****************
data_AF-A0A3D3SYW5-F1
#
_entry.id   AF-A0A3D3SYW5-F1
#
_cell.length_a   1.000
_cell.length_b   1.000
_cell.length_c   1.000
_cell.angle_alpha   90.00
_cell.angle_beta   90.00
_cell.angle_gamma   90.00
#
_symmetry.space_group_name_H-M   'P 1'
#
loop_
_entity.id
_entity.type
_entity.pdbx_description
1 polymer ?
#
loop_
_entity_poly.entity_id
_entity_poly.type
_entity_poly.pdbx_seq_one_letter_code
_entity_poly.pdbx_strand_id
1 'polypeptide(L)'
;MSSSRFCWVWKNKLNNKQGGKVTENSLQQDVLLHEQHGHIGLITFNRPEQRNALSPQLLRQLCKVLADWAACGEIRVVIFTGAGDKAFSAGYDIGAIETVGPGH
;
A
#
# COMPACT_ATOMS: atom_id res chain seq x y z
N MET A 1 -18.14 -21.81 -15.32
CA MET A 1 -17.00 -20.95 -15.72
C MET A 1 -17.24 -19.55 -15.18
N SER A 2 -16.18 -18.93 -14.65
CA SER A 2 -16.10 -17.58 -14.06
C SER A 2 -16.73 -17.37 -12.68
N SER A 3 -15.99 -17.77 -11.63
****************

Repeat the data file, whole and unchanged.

data_AF-A0A3D3SYW5-F1
#
_entry.id   AF-A0A3D3SYW5-F1
#
_cell.length_a   1.000
_cell.length_b   1.000
_cell.length_c   1.000
_cell.angle_alpha   90.00
_cell.angle_beta   90.00
_cell.angle_gamma   90.00
#
_symmetry.space_group_name_H-M   'P 1'
#
loop_
_entity.id
_entity.type
_entity.pdbx_description
1 polymer ?
#
loop_
_entity_poly.entity_id
_entity_poly.type
_entity_poly.pdbx_seq_one_letter_code
_entity_poly.pdbx_strand_id
1 'polypeptide(L)'
;MSSSRFCWVWKNKLNNKQGGKVTENSLQQDVLLHEQHGHIGLITFNRPEQRNALSPQLLRQLCKVLADWAACGEIRVVIFTGAGDKAFSAGYDIGAIETVGPGH
;
A
#
# COMPACT_ATOMS: atom_id res chain seq x y z
N MET A 1 -18.14 -21.81 -15.32
CA MET A 1 -17.00 -20.95 -15.72
C MET A 1 -17.24 -19.55 -15.18
N SER A 2 -16.18 -18.93 -14.65
CA SER A 2 -16.10 -17.58 -14.06
C SER A 2 -16.73 -17.37 -12.68
N SER A 3 -15.99 -17.77 -11.63